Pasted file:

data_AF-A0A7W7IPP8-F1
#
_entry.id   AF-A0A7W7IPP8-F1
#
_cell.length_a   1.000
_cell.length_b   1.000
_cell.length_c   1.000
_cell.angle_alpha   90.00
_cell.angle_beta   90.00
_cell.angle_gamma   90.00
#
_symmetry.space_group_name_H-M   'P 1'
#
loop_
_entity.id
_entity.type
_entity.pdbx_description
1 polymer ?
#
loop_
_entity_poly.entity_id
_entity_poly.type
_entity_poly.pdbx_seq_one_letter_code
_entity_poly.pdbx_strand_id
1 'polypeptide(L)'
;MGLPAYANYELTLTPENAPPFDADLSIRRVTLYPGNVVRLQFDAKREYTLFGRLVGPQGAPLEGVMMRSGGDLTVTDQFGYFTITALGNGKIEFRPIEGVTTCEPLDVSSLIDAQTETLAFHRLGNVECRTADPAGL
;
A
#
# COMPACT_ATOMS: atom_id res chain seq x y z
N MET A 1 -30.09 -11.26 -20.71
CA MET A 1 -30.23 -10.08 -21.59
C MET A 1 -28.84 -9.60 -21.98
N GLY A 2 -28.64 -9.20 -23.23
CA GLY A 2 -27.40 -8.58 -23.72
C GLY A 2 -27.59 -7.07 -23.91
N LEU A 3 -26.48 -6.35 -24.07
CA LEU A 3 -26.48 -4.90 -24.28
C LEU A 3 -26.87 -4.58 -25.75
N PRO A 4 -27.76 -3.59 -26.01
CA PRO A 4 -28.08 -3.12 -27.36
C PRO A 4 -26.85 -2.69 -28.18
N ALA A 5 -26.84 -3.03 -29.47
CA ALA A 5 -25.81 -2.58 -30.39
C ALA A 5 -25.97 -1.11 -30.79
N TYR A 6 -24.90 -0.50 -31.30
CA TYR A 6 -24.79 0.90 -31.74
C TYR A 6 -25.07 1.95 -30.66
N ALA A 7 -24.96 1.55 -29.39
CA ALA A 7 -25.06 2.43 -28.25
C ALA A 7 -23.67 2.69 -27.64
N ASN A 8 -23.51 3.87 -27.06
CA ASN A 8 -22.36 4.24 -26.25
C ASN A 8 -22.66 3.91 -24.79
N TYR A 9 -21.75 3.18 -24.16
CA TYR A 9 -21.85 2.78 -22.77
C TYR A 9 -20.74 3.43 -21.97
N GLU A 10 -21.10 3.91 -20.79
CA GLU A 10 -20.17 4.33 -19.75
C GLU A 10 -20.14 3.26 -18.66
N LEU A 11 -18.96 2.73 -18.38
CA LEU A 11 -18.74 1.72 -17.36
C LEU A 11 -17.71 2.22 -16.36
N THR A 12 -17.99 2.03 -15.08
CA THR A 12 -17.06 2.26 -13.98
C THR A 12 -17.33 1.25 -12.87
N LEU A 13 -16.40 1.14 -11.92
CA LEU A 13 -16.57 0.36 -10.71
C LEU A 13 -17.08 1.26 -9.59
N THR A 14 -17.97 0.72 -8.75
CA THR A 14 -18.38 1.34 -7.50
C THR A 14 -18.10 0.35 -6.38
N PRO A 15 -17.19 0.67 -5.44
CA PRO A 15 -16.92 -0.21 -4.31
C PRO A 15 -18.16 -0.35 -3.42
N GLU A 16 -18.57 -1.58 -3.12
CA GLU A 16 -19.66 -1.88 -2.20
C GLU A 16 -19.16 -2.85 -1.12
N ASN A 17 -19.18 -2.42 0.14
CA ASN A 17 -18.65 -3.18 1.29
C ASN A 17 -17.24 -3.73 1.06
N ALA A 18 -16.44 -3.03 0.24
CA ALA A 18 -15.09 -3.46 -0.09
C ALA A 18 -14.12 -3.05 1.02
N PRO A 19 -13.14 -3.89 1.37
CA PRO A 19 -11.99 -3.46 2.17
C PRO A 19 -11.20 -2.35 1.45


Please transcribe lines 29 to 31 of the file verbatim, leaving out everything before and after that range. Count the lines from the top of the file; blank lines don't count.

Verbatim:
#
# COMPACT_ATOMS: atom_id res chain seq x y z
N MET A 1 -30.09 -11.26 -20.71